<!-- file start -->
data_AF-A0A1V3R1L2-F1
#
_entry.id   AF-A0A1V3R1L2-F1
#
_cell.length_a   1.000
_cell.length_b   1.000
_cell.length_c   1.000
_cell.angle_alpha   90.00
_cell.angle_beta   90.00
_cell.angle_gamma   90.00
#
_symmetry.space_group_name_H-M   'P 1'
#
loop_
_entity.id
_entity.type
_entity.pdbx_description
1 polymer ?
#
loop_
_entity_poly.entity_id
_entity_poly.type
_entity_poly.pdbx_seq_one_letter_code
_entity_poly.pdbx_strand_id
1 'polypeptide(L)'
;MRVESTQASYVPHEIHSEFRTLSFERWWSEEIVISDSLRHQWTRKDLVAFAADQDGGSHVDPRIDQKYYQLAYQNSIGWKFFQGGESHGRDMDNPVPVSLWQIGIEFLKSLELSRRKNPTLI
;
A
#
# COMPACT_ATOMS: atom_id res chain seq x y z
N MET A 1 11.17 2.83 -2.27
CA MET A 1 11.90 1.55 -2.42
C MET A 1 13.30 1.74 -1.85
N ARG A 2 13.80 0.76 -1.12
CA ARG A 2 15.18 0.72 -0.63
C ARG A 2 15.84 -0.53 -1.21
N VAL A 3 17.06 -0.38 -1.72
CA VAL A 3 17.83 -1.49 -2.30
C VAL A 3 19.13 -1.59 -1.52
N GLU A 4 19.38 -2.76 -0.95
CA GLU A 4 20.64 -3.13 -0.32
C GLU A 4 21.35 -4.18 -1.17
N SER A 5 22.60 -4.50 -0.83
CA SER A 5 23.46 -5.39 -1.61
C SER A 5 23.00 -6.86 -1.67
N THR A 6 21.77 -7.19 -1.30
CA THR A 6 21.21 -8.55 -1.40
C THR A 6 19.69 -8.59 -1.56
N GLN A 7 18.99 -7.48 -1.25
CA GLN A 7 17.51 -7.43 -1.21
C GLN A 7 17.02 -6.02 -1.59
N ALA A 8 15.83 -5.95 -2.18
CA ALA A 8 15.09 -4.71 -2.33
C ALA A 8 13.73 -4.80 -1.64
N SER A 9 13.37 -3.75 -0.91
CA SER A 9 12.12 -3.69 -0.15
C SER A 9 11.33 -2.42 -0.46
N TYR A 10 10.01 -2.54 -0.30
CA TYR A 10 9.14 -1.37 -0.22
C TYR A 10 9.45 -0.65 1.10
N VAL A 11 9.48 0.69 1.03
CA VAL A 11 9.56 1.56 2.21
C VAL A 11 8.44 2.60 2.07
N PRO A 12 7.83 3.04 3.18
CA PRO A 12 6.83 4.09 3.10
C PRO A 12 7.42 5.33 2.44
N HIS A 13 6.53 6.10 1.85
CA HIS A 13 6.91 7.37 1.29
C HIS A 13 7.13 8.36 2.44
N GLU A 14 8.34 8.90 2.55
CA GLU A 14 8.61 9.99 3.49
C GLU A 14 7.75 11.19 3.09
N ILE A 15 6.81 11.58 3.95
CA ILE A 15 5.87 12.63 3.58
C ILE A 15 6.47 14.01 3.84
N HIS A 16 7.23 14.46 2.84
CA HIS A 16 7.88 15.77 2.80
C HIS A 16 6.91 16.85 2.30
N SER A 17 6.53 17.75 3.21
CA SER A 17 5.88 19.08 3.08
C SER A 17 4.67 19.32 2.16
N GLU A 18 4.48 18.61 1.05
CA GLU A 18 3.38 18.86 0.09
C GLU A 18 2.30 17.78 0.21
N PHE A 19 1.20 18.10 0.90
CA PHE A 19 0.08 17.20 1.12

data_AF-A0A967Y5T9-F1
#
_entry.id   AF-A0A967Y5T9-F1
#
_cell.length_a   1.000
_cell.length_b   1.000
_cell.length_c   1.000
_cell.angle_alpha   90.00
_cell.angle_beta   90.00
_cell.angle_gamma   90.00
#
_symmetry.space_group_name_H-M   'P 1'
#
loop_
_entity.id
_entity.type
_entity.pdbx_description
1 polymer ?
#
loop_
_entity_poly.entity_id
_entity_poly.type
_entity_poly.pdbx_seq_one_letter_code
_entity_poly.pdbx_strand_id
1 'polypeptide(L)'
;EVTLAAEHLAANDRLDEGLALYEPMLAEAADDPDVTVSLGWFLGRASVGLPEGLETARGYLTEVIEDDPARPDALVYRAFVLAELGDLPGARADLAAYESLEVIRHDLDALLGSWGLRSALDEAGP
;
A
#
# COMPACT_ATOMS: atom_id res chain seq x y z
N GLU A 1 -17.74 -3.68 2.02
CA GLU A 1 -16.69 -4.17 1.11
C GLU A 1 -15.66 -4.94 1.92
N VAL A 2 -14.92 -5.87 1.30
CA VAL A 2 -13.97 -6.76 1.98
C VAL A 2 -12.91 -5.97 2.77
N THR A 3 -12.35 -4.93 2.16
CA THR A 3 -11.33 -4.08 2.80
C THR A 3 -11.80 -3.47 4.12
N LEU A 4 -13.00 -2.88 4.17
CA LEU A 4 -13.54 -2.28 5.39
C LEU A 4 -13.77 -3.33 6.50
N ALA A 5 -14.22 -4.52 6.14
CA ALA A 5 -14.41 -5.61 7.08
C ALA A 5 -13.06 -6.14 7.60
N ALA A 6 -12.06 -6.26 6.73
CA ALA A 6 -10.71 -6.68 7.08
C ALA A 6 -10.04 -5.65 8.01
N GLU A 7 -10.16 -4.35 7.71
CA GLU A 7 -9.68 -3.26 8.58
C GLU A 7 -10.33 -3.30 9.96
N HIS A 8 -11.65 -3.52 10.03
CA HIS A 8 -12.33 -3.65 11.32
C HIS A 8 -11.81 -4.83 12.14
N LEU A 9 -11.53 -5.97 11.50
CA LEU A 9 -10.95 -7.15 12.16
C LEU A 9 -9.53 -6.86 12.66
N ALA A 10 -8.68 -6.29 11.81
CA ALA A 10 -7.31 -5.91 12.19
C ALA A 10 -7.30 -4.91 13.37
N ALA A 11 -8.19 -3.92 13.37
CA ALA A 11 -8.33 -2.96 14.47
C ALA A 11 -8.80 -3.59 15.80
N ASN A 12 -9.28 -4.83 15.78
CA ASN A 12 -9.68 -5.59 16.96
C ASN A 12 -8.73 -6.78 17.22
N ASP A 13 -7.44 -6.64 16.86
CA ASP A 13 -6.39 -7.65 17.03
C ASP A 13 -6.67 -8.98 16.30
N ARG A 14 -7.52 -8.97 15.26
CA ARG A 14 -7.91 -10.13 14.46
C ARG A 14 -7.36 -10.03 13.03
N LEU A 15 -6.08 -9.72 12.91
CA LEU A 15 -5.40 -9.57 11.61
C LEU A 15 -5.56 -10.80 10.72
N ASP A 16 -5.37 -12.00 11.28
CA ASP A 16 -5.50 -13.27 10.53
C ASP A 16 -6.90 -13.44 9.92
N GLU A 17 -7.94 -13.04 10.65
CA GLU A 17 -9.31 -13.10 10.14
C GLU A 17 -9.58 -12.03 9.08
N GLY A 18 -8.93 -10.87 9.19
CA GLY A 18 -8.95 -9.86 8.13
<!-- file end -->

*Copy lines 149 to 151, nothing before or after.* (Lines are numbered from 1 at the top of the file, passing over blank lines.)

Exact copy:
C ALA A 11 -8.80 -3.59 15.80
N ASN A 12 -9.28 -4.83 15.78
CA ASN A 12 -9.68 -5.59 16.96